Summary and book reviews of The Miraculous Journey of Edward Tulane by Kate DiCamillo

The Miraculous Journey of Edward Tulane

by Kate DiCamillo, Bagram Ibatoulline

The Miraculous Journey of Edward Tulane by Kate DiCamillo, Bagram Ibatoulline
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  • First Published:
    Feb 2006, 228 pages
    Paperback:
    Jan 2008, 208 pages

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Book Summary

An extraordinary journey, from the depths of the ocean to the net of a fisherman, from the top of a garbage heap to the fireside of a hoboes' camp, from the bedside of an ailing child to the streets of Memphis. And along the way, we are shown a true miracle — that even a heart of the most breakable kind can learn to love, to lose, and to love again.

Once, in a house on Egypt Street, there lived a china rabbit named Edward Tulane. The rabbit was very pleased with himself, and for good reason: he was owned by a girl named Abilene, who treated him with the utmost care and adored him completely.

And then, one day, he was lost.

Kate DiCamillo and Bagram Ibatoulline take us on an extraordinary journey, from the depths of the ocean to the net of a fisherman, from the top of a garbage heap to the fireside of a hoboes' camp, from the bedside of an ailing child to the streets of Memphis. And along the way, we are shown a true miracle — that even a heart of the most breakable kind can learn to love, to lose, and to love again.

Chapter One

Once, in a house on Egypt Street, there lived a rabbit who was made almost entirely of china. He had china arms and china legs, china paws and a china head, a china torso and a china nose. His arms and legs were jointed and joined by wire so that his china elbows and china knees could be bent, giving him much freedom of movement.

His ears were made of real rabbit fur, and beneath the fur, there were strong, bendable wires, which allowed the ears to be arranged into poses that reflected the rabbit's mood - jaunty, tired, full of ennui. His tail, too, was made of real rabbit fur and was fluffy and soft and well shaped.

The rabbit's name was Edward Tulane, and he was tall. He measured almost three feet from the tip of his ears to the tip of his feet; his eyes were painted a penetrating and intelligent blue.

In all, Edward Tulane felt himself to be an exceptional specimen. Only his whiskers gave him pause. They were long and elegant (as ...

Please be aware that this discussion guide may contain spoilers!
"ONCE, IN A HOUSE ON EGYPT STREET, there lived a rabbit who was made almost entirely of china." So begins The Miraculous Journey of Edward Tulane. That elegantly attired rabbit was a seventh birthday present to Abilene Tulane from her grandmother, Pellegrina. Every morning, Abilene, who is now ten, dresses Edward in one of his extraordinary handmade silk suits and hats and winds his gold pocket watch. She sits him at the dinner table each evening, and she tucks him into his own bed each night. 

"I love you, Edward," she tells him before going to sleep.

Edward never says anything in response, even though Abilene half expects him to, since of course he cannot speak. Nor does he particularly feel...
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Reviews

BookBrowse Review

BookBrowse

To an adult reader the storyline of Edward Tulane is fairly predictable but the writing is anything but. DiCamillo's art is to play our heart strings like a maestro using the vocabulary of a third-grader.   (Reviewed by BookBrowse Review Team).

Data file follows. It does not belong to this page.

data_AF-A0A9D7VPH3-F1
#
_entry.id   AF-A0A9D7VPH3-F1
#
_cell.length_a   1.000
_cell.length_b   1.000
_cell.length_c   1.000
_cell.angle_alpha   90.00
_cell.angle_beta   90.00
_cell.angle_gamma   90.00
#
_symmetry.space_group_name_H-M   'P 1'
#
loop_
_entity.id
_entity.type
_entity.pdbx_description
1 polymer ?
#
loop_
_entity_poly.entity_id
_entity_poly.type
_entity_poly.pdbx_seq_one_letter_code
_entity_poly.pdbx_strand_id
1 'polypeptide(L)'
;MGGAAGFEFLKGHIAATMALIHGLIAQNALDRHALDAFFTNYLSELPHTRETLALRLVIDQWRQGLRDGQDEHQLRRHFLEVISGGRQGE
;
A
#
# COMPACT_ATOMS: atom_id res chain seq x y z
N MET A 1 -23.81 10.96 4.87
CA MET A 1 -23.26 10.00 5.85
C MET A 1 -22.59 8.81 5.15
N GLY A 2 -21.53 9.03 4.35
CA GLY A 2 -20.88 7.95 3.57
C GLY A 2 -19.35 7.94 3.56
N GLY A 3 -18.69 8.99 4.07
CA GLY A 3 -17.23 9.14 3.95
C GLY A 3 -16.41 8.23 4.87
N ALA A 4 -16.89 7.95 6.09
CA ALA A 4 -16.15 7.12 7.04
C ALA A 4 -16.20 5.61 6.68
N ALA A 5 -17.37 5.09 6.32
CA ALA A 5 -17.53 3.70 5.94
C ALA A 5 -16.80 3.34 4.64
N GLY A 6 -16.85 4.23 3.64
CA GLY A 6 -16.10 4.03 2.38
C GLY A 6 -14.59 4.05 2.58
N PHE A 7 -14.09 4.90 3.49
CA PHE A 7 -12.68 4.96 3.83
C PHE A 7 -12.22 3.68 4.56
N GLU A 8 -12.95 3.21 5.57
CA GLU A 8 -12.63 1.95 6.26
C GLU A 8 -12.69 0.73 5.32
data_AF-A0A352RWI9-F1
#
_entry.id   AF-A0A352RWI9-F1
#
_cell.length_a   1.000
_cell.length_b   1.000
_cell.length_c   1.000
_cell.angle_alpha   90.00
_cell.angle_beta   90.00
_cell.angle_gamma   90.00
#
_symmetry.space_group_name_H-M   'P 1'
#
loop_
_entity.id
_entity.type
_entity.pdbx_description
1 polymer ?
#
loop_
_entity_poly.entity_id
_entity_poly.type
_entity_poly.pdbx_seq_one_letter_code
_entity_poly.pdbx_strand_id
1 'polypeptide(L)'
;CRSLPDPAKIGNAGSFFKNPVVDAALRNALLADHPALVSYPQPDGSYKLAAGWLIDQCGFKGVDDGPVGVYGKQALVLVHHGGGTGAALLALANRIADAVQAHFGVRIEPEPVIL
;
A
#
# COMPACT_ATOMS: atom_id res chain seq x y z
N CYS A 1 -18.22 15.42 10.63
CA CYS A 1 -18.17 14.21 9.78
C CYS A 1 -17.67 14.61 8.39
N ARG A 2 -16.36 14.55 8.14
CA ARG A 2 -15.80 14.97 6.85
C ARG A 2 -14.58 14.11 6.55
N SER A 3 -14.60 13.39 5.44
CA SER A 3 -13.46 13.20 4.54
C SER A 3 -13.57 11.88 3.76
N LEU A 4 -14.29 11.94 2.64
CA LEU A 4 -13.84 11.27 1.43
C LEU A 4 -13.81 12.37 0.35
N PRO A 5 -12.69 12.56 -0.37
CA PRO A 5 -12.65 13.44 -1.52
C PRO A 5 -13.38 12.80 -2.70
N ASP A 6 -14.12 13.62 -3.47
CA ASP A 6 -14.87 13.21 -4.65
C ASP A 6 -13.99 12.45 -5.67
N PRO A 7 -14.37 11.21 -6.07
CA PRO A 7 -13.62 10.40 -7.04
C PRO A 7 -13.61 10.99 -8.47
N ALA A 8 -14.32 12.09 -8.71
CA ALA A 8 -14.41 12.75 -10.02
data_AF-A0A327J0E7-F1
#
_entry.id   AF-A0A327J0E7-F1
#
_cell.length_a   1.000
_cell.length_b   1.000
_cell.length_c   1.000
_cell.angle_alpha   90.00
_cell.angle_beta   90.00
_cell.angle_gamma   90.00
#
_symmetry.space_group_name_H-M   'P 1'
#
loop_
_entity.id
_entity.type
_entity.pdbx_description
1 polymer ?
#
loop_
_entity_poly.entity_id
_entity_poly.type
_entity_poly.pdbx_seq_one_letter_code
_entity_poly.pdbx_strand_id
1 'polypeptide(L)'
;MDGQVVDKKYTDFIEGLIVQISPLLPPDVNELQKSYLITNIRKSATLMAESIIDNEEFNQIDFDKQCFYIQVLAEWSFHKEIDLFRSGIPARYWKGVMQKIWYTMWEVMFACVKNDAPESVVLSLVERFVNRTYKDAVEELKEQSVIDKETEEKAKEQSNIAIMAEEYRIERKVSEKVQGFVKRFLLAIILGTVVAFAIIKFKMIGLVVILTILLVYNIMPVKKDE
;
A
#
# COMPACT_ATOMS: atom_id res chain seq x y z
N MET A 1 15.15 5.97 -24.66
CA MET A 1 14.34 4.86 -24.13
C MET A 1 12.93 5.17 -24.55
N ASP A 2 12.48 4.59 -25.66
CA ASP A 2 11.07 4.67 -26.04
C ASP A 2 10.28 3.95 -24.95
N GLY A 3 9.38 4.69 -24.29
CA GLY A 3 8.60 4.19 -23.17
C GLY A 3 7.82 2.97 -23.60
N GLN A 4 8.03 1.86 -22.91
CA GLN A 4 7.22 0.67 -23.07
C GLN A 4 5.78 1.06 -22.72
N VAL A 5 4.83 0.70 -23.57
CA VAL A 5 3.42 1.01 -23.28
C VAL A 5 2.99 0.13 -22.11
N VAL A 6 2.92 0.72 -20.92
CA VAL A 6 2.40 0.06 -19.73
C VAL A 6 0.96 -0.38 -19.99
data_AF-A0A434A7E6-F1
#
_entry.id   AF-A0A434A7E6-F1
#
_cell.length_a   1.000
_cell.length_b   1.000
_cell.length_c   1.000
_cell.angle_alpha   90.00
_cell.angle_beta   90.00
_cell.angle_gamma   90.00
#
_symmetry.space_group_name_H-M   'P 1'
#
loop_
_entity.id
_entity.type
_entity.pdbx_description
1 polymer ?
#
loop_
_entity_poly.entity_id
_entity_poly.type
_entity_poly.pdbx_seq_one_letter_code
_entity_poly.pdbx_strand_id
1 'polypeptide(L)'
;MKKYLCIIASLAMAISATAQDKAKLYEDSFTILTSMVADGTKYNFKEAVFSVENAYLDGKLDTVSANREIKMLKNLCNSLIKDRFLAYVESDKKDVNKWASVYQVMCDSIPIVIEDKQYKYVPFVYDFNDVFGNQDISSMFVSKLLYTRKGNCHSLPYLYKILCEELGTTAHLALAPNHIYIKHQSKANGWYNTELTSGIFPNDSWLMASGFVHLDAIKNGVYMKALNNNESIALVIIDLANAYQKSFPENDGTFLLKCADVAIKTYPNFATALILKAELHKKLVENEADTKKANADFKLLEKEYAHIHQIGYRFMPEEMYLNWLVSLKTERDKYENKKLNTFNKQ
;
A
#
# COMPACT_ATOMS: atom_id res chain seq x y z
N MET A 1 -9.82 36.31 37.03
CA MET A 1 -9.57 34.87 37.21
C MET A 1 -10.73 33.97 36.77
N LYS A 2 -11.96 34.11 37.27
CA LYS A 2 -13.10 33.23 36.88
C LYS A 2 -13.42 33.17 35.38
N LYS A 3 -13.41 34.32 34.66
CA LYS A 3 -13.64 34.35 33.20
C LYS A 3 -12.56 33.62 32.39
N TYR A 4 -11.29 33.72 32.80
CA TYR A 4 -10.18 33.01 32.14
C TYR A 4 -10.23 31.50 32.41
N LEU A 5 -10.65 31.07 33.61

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Media Reviews

School Library Journal - Allison Gray

Starred Review. The tender look at the changes from arrogance to grateful loving is perfectly delineated. Ibatoullines lovely sepia-toned gouache illustrations and beautifully rendered color plates are exquisite. An ever-so-marvelous tale. Grades 3-6

Publishers Weekly

Starred Review. There will be inevitable comparison of Edward Tulane to The Velveteen Rabbit, and Margery Williams's classic story can still charm after 83 years. But as delightful as it is, it can't match the exquisite language, inventive plot twists, and memorable characters of DiCamillo's tale.

Booklist - Ilene Cooper

Starred Review. Ibatoulline outdoes himself; his precisely rendered sepia-tone drawings and color plates of high artistic merit are an integral part of this handsomely designed package. Yet even standing alone, the story soars because of DiCamillo's lyrical use of language and her understanding of universal yearnings. This will be a pleasure to read aloud. Grades 2-4

Kirkus Reviews

Somewhere between fairy tale and fable, DiCamillo spins the tale of Edward, transformed by the lives he touches. The reader will be transformed too. Sumptuous gouache illustrations complement the old-fashioned, dramatic narrative. Keep the tissues handy for this one. Ages 7+

Reader Reviews

roger

Edward Tulane
Amazing!

rocelynn

best book
This book is so good! There were some parts that weren't so good, but I love this book for little children.

sydney

the best book ever
I had a book I loved, it was call the Naked Mole Rat Letters; I read the book 11 times, but now this is my favorite book. Thank you Kate for this book!

lolly

Love it totally
It is sad but it helps people learn a very good lesson indeed.

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Beyond the Book

Edward Tulane was inspired by a very elegant rabbit "doll" given to Kate by a friend for Christmas a couple of years ago. She says, "Not long after receiving the rabbit, I had this very clear image of him underwater, on the bottom of the sea, minus all of his finery, lost and alone."

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